* Government sought stay in suit because of partial closure
* Judge calls lack of funding an abdication by Congress
A U.S. judge overseeing a veteran’s multimillion-dollar negligence lawsuit in Puerto Rico rebuked the Justice Department for attempting to use the partial government shutdown to put the case on hold, calling the request “laughable.”
In a ruling denying the government request, U.S. District Judge William G. Young said lapses in federal appropriations, like the current one triggered by President Donald Trump’s demand for funding for a border wall with Mexico, aren’t a government “policy” that could theoretically justify staying such a lawsuit.
“Let us talk plain — they are simply an abdication by the president and the Congress (which could override a presidential veto) of the duty to govern responsibly to the end that all the laws may be faithfully executed,” Young said in the Jan. 2 ruling in San Juan. “Nor does such a lapse in any way excuse this court from exercising its own constitutional functions.”
Young, who is based in the Boston federal court but sitting in San Juan as a visiting judge, sarcastically compared the situation to a major corporation that “for whatever reason” decided not to pay its attorneys involved in pending litigation and instructed them not to interact with the court.
“Then the corporation says to the court, ‘We greatly regret any disruptions caused to the court and to other litigants, but please stay all proceedings until we get our act together.’ This does not constitute ‘good cause’ for any stay,” Young wrote. “In fact, it is laughable.”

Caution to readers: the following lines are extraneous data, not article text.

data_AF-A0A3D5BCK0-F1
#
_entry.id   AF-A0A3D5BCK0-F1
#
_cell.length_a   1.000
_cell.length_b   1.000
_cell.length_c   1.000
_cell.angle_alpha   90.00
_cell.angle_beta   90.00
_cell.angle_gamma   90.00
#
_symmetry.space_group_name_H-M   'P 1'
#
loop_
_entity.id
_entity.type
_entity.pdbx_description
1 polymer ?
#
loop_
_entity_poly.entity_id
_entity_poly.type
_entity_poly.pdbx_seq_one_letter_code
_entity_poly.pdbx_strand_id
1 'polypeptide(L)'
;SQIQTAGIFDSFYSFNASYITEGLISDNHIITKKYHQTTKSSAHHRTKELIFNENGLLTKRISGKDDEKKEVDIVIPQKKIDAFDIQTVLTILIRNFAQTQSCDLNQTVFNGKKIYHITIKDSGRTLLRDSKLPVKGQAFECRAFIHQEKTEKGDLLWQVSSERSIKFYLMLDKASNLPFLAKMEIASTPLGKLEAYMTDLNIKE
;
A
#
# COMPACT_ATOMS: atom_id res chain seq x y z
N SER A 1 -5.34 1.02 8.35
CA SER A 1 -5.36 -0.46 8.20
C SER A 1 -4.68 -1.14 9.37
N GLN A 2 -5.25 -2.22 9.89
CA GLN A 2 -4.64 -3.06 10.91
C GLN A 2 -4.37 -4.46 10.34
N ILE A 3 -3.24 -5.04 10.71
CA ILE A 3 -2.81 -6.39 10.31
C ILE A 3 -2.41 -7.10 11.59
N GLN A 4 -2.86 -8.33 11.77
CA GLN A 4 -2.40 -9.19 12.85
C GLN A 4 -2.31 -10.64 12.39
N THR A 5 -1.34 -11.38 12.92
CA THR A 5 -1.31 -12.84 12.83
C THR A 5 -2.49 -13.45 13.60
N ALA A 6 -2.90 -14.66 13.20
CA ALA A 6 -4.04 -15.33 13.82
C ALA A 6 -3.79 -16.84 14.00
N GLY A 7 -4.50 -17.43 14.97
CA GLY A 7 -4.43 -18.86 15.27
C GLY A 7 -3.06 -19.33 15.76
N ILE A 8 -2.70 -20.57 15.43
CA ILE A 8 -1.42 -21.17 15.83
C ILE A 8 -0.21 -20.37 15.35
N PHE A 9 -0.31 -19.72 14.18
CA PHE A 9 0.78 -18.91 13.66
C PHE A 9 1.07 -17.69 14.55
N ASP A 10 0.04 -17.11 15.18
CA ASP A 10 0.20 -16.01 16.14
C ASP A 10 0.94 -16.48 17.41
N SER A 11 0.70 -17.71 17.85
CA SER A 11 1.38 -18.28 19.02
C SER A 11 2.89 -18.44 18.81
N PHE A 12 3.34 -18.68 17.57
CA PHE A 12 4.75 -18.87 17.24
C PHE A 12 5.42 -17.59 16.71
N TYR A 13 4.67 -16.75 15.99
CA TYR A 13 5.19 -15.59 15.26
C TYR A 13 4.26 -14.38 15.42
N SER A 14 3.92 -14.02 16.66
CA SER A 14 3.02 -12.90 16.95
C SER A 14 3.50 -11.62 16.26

Assistant U.S. Attorney Rafael López-Rivera in San Juan made the request for a delay on Dec. 26 in a two-page document that was similar to others filed in cases that day across the U.S., with mixed success.
The government faces a March deadline for evidence discovery in the case and a trial is set for July. Filed in 2017, the suit seeks about $18 million in damages for a man who says the VA Medical Center in San Juan misdiagnosed him during a 2015 visit and sent him home early. He claims the facility failed to treat him for what turned out to be a dangerous septic illness that resulted in the amputation of five fingers, a hand and both legs below the knee.
“Appropriations or no, this court will continue to sit daily, attending to the quotidian details of getting all cases ready for trial and trying them in a timely fashion as required by the Constitution,” the judge wrote.
Culled from Bloomberg